What would be the result of the following divisions?
Code:a. 1/0 b. 1/INFINITY c. INFINITY/0 d. 0/INFINITY e. INFINITY/1 f. INFINITY/INFINITY g. 0/0
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What would be the result of the following divisions?
Code:a. 1/0 b. 1/INFINITY c. INFINITY/0 d. 0/INFINITY e. INFINITY/1 f. INFINITY/INFINITY g. 0/0
Negative infinity - 42. Obviously.
C99 at least is guaranteed to follow IEEE guidelines.Code:#include <stdio.h> #include <math.h> int main(void) { float a = 1.0f; float b = 0.0f; float c = INFINITY; printf("%f %f %f %f %f %f %f\n", a/b, a/c, c/b, b/c, c/a, c/c, b/b); return 0; }
Are you asking with respect to the rules of some branch of mathematics or a programming language?
Look up a C++ Reference and learn How To Ask Questions The Smart WayOriginally Posted by Bjarne Stroustrup (2000-10-14)
a. undefined
b. nearly zero
c. undefined
d. zero
e. infinity
f. 1
g.undefined (I think)
M.Eng Computer Engineering CandidateB.Sc Computer Science
Robotics and graphics enthusiast.
Trying to remember from calc 2 (it has been awhile and was probably the least useful semester) but isn't the division by inf indeterminate? IIRC you can talk about a variable as it approaches infinity but you can't use infinity as a number.
This would be a critical question to get an answer to, as there is sometimes a significant difference between theoretical math and how a computer performs under those circumstances. Although I'm sure that both normally treat x/0 as "division by zero", where this normally leads to a hardware exception in a computer [so it stops the application] (but this is also usually configurable).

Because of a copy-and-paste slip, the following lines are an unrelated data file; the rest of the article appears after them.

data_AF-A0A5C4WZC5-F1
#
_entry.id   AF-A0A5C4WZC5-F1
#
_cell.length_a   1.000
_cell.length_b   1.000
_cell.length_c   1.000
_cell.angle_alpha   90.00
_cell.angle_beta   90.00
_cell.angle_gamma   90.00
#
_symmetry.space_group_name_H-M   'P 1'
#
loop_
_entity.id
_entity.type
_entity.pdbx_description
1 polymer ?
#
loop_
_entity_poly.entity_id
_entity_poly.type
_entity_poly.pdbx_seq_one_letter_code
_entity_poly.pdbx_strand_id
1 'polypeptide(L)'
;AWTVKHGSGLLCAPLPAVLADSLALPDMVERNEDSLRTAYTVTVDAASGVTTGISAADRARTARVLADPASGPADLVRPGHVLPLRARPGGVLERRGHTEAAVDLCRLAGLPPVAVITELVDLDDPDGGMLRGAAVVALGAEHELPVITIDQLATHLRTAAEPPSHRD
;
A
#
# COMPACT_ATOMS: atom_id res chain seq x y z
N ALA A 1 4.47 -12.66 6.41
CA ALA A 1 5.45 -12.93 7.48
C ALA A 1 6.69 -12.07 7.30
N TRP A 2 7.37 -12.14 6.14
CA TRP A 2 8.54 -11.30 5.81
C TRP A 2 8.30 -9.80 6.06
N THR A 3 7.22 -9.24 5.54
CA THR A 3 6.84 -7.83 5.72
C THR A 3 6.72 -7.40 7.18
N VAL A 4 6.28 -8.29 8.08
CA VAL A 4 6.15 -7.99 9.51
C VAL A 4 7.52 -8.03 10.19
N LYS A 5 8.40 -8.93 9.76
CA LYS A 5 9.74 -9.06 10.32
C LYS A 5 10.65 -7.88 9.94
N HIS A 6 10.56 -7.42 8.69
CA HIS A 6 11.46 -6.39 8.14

As so often is the case, the question is not clear enough in it's scope to give a complete answer.
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In B I believe you would have to say that limit is zero as infinity is approached. But in D I was under the impression that whether you can treat infinity as a number or not, zero divided by anything had to be zero. And in F, anything divided by itself was always one.Originally Posted by Thantos
I could be completely wrong though. Only one year of precalc under my belt .
M.Eng Computer Engineering CandidateB.Sc Computer Science
Robotics and graphics enthusiast.
Well, for f, consider (x^2)/x. Both go to infinity as x gets large, but the quotient is still infinity. (And of course, you can go the other way to get a quotient of zero, which is why f is undefined.)
I don't think f is undefined but is indeterminate. I gotta dig out the book I think
And really since all but two are talking about infinity I have to assume that really means that as the function approaches some value it goes towards infinity. With the 0 it really depends if you mean:
x / 0
or
x/f(y) as y approaches some number that causes f(y) to approach 0.
I always thought that infinity is not a number, but a process, so an expression like 1/infinity is invalid and meaningless. You can express it as a limit, however, as in "(lim x->inf) 1/x". In that case, it's asking what value does 1/x approach as x approaches infinity. The answer would be 0.
Anything divided by zero is undefined. "(lim x->0+) 1/x", though, is +inf, whereas "(lim x->0-) 1/x", is -inf.
I have only taken one calculus course, though (AP calculus. graduating highschool this year ), so correct me if I'm wrong.